Baby's diaperYou can't do without diapers but at the same time you have to deal with problems associated with diapers. No doubt it is a wonderful invention but still it causes great discomfort if care is not taken. A rash in the diaper area might be caused by friction, irritants, allergies, infections, seborrhea, psoriasis, diarrhea, or a long list of systemic diseases. Skin wetness is the common denominator underlying the various causes of diaper rash. Urinary wetness increases skin friction, raises the skin pH, makes the skin less cohesive, and makes it more permeable. These effects combine to intensify the action of stool enzymes or other irritants that then inflame the skin. In all of the diaper rashes mentioned above, the outermost layer of skin--stratum corneum--has been damaged. With this protective layer breached, it is easy for microorganisms such as yeast or bacteria to invade the inflamed skin. This makes the rash worse and less responsive to the usual treatments.

Types of rashes:

Irritant rash:

This is most conspicuous on the exposed areas, such as the round part of the buttocks. It tends to spare skin folds and creases. It's generally the result of contact with stool enzymes or irritants such as harsh soaps, baby wipes, detergents, or topical medicines.

Allergic rash:
This may occur in combination with an irritant rash or by itself. It is also more common in exposed areas. The rash looks like poison oak.

Moist heat causes this common type of diaper rash that occurs deep in the skin folds. The involved skin looks thin, as if it has lost several layers.

Seborrhea rash:

A salmon-colored, greasy rash with yellowish scales characterizes this diaper rash that is also worse in the skin folds.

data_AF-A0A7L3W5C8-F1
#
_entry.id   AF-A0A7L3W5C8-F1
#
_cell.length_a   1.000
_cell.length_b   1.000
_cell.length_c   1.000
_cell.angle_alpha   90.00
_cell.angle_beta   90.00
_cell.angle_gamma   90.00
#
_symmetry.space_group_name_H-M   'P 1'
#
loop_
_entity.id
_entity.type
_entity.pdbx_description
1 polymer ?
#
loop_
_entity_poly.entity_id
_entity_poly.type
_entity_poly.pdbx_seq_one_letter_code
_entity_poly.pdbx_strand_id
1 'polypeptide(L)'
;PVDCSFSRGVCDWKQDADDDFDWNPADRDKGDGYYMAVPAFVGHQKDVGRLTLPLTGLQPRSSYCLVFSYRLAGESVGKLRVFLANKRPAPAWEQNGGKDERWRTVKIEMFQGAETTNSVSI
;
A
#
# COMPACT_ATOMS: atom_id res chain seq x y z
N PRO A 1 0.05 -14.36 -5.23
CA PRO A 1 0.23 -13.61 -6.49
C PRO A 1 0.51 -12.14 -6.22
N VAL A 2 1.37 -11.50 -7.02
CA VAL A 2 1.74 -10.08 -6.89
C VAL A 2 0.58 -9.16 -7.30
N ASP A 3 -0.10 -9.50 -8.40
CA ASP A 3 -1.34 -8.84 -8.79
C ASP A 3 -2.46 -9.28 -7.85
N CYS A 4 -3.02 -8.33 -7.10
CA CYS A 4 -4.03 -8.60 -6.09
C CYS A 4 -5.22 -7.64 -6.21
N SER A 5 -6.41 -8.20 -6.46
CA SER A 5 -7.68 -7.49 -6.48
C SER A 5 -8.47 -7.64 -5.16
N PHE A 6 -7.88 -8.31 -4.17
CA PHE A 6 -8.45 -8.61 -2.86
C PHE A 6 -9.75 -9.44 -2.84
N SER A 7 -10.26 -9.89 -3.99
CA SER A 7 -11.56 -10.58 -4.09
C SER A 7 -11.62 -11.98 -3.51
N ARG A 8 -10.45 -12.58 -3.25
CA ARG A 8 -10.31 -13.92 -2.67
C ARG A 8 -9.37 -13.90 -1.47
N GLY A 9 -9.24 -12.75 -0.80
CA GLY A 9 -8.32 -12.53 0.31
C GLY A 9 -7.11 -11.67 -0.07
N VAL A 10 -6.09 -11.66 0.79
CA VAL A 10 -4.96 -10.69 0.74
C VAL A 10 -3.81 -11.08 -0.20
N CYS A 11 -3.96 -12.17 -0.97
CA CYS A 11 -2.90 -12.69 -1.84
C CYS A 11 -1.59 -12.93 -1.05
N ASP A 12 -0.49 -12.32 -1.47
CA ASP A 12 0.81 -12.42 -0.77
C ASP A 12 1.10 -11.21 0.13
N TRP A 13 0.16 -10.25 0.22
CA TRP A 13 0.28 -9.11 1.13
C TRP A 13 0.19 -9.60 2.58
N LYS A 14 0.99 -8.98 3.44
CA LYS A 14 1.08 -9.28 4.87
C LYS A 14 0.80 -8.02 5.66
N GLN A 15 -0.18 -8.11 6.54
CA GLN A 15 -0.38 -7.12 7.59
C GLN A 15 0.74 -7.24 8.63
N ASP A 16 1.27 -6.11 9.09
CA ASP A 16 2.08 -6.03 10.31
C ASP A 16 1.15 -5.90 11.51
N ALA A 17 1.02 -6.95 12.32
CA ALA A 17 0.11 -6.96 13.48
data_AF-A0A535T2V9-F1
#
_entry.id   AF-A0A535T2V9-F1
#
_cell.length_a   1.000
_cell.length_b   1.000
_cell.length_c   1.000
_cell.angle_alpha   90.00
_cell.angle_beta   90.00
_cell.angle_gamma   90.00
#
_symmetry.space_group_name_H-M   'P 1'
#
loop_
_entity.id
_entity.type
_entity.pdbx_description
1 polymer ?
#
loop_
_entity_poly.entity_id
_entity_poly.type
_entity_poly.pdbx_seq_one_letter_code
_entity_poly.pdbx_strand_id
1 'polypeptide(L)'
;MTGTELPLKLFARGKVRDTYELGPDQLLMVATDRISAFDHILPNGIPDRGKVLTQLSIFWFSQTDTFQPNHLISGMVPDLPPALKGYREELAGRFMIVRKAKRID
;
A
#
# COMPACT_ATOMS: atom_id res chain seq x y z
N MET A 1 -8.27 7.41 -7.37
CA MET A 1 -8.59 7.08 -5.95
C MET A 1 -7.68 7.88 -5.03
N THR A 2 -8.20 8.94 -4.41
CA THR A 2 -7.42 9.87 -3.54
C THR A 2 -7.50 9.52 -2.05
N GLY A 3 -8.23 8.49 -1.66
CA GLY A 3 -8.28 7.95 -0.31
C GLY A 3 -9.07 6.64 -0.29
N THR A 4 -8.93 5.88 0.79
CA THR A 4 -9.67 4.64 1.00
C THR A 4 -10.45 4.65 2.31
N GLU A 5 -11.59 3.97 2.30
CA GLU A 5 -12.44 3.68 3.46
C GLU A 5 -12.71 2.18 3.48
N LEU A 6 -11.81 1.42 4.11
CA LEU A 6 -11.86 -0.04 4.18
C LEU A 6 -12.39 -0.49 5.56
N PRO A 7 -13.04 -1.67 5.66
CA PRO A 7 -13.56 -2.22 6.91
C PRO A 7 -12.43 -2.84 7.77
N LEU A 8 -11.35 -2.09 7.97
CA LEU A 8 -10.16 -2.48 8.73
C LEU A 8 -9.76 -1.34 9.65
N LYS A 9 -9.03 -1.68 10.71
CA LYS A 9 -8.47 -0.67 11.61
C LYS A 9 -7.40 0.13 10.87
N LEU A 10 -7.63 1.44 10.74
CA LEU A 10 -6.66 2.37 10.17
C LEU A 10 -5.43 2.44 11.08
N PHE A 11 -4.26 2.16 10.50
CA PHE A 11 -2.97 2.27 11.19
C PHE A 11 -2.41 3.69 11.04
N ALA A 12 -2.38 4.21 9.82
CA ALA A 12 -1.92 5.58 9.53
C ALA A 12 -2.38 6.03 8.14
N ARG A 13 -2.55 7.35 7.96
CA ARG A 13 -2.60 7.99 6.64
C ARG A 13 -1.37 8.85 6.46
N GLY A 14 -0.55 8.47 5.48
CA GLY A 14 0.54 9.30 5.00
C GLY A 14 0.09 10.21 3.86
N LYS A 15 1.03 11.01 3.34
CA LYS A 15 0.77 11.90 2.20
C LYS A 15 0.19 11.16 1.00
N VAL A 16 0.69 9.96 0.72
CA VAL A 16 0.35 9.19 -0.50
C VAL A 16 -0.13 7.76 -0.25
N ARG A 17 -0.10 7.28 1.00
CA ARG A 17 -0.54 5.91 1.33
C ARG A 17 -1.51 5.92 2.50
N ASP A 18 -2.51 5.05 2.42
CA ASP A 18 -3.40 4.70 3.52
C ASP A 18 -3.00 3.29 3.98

This stubborn rash doesn't necessarily look distinctive. Other signs of psoriasis usually accompany the diaper rash, such as pitting of the nails or dark red areas with sharp borders and fine silvery scales on the trunk, face, or scalp.


Yeast is by far the most common type of organism found in a diaper rash. The organism is quite prevalent and thrives in warm, moist skin. Yeast involvement should be suspected in any diaper rash that has not improved dramatically with 72 hours of appropriate therapy. Current or recent antibiotic use makes a yeast infection even more likely, since this reduces the amount of the skin's "good" bacteria that fight infection. Classically, a yeast rash is beefy red with sharp raised borders and white scales. Small satellite lesions surround the main rash. Even without the classic pattern, yeast is often present.

How to prevent diaper rash:
Change dirty diapers as soon as possible, gently cleaning the diaper area to reduce exposure to urine and stool. Airing out the diaper area can help prevent rashes.
Breastfeeding, avoiding unnecessary antibiotics, and taking yogurt or beneficial bacteria when antibiotics are needed can prevent diaper rashes.

Normally common diaper rashes are treated with frequent diaper changes, airing out, and protective lotions or creams while the baby is in the diaper. Yeast diaper rashes require the addition of an anti-yeast cream. The treatment of other specific diaper rashes varies depending on the specific type.

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